Higher education is a transformative experience that can open up a variety of opportunities for students from all backgrounds. It can help them gain knowledge and skills both personally and professionally, make meaningful lifelong connections, and prepare them for the workforce. However, for some students, the experience can be riddled with feelings of inadequacy and self-doubt. This phenomenon is known as imposter syndrome.
What is Imposter Syndrome?
Imposter syndrome is a psychological condition that was first identified in a 1978 study in which individuals doubt their abilities and feel like a fraud, even in the face of evidence of their competence. It is commonly experienced by high-achieving individuals who are unable to internalize their accomplishments and feel like they don’t deserve their success.
Imposter syndrome is especially prevalent in higher education, where students may come in with parental expectations and are often surrounded by high-achieving peers, which may intensify the feeling of intense academic pressure. Students with imposter syndrome may feel like they don’t belong, worry that they will be exposed as a fraud, and fear failure.
The consequences of imposter syndrome can lead to anxiety, depression, and low self-esteem. It can also hold students back from reaching their full potential and pursuing opportunities that they are more than capable of.
How to Overcome Imposter Syndrome
While imposter syndrome can be a challenging condition to deal with, there are ways to overcome it. Here are some strategies that students can use to combat imposter syndrome:
- Recognize that imposter syndrome is common. The first step in overcoming imposter syndrome is to recognize that it is a common condition that affects many people, especially high-achieving individuals. Knowing that you are not alone can help alleviate some of the feelings of isolation and self-doubt.
- Identify your triggers. Think about the situations or events that trigger feelings of imposter syndrome. Is it a particular class or assignment? Is it being around certain people? Once you have identified your triggers, you can work to minimize their impact.
- Focus on your strengths. Instead of focusing on your weaknesses and perceived inadequacies, focus on your strengths and accomplishments. Write down a list of your achievements and skills, and remind yourself of them when you start to feel self-doubt.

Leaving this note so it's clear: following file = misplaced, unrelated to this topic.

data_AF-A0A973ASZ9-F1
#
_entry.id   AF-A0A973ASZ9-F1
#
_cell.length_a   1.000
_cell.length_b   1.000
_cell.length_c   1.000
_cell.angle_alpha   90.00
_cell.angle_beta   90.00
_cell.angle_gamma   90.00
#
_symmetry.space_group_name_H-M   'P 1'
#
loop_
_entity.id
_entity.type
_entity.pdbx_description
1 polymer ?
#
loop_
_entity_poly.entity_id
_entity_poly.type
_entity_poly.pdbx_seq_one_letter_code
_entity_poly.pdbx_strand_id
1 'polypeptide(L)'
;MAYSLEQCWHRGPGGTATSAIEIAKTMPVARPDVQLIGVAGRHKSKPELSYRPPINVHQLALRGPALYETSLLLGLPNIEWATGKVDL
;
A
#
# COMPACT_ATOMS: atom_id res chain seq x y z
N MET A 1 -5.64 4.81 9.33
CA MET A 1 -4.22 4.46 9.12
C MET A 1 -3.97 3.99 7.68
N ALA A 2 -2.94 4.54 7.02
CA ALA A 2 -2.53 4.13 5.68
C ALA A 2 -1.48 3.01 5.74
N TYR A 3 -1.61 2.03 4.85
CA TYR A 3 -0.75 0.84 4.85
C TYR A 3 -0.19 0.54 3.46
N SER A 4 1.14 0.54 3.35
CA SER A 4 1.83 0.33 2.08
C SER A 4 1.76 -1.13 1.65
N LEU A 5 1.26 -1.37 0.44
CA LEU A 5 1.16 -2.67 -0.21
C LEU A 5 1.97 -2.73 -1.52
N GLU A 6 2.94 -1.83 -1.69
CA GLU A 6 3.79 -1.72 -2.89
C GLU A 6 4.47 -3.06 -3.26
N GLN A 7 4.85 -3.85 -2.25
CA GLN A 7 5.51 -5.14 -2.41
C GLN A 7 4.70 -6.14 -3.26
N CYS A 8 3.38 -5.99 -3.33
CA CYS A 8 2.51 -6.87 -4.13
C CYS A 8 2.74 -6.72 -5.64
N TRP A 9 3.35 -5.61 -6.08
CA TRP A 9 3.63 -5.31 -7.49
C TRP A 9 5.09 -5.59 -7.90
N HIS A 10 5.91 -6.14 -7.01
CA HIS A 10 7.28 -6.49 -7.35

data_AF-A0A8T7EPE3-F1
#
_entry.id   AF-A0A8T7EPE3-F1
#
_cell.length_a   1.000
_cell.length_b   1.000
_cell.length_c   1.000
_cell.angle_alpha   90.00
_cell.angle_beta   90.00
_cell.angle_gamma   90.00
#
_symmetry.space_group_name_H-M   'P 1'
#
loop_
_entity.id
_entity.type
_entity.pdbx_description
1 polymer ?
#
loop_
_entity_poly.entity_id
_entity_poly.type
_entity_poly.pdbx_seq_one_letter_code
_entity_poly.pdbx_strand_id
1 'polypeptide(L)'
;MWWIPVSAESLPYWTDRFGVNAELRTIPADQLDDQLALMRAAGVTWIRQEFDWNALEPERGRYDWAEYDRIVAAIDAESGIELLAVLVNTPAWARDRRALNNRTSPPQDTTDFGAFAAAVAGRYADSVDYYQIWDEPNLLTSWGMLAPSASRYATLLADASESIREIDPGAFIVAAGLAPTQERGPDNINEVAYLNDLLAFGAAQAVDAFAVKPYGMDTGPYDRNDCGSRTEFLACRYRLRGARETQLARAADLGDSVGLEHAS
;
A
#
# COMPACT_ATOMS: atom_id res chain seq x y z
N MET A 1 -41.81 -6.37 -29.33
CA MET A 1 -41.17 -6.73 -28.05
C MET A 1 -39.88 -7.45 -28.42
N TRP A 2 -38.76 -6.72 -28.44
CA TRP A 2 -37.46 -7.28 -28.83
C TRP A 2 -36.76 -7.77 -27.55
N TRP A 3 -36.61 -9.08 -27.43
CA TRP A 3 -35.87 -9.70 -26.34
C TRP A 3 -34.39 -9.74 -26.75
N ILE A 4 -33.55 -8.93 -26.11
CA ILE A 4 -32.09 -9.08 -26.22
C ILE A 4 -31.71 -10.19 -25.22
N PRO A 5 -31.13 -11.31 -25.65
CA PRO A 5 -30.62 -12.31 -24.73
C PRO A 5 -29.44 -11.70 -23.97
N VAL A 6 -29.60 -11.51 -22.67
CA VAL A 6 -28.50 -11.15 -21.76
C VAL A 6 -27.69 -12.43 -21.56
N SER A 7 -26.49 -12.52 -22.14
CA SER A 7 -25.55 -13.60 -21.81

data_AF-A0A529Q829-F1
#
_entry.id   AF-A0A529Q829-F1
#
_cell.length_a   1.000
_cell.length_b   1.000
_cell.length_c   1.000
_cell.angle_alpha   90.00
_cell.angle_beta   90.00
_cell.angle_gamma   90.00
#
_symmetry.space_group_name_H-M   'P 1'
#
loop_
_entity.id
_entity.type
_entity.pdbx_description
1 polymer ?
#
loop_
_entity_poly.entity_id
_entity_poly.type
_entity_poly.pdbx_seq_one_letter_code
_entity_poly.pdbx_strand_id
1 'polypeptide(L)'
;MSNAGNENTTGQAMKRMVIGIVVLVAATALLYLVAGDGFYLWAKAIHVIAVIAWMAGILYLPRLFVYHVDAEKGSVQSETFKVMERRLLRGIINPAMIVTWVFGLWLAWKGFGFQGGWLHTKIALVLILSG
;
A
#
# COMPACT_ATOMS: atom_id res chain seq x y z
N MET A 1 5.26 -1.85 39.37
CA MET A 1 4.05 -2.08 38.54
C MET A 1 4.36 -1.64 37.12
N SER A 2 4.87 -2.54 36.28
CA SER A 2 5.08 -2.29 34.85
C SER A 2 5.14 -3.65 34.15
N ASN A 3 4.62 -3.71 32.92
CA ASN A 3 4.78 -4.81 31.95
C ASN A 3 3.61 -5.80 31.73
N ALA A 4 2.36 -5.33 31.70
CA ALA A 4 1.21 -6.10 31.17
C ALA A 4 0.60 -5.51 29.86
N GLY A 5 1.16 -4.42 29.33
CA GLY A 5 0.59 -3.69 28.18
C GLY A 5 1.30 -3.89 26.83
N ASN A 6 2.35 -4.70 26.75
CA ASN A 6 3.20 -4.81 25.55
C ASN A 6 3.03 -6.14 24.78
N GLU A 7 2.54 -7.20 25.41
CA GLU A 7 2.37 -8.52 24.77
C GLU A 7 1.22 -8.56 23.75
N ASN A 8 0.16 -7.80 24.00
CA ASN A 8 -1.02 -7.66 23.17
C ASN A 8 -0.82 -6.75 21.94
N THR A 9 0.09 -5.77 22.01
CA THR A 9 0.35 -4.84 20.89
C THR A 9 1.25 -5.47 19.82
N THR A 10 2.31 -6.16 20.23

- Seek support. Talk to a trusted friend, family member, or mentor about your feelings of imposter syndrome. They can offer support and encouragement and help you put your accomplishments into perspective. This is also a great time to connect with your academic advisor, student services or success coordinators, and/or the counseling center on your campus for additional resources and support.
- Practice self-care. Taking care of yourself is important for overall well-being and can help alleviate some of the symptoms of imposter syndrome. Get enough sleep, exercise regularly, and make time for activities that you enjoy.
- Challenge your negative self-talk. When you start to hear that voice in your head telling you that you’re not good enough, challenge it. Ask yourself if the negative thoughts are true, and try reframing them in a more positive light.
- Embrace failure. Remember that failure is a natural part of the learning process and that everyone experiences setbacks and challenges. Instead of seeing failure as a reflection of your abilities, see it as an opportunity to learn and grow. One of my favorite colleagues in graduate school used to say, “B’s get degrees.” Depending on what class you are in and what the department/college/university requirements are, C’s and sometimes even D’s can get degrees. Even if you fail a course, most universities have repeat options. There are multiple paths to the same destination, and a stumbling block or two is not the end of the road for you. If anything, it’s just cause to take a different route or reconsider your strategy toward success.
Imposter syndrome is a common experience among high-achieving individuals and is especially prevalent in higher education. It can lead to feelings of self-doubt, anxiety, and low self-esteem that can hold students back from reaching their full potential. However, there are strategies that students can use to overcome imposter syndrome, including recognizing that it is a common condition, focusing on their strengths, seeking support, practicing self-care, challenging negative self-talk, and embracing failure.
By taking steps to overcome imposter syndrome, students can learn to internalize their accomplishments and feel more confident in their abilities.
Remember: we have all been where you are, and those of us who work in higher education are some of the most prone to imposter syndrome, truth be told. You are not alone. There are supports in place to help you throughout your academic journey at your institution – take advantage of them. If you are ever unsure, you can always feel free to reach out to me, and I will do my best to help you with the process.
-Your Academic Advisor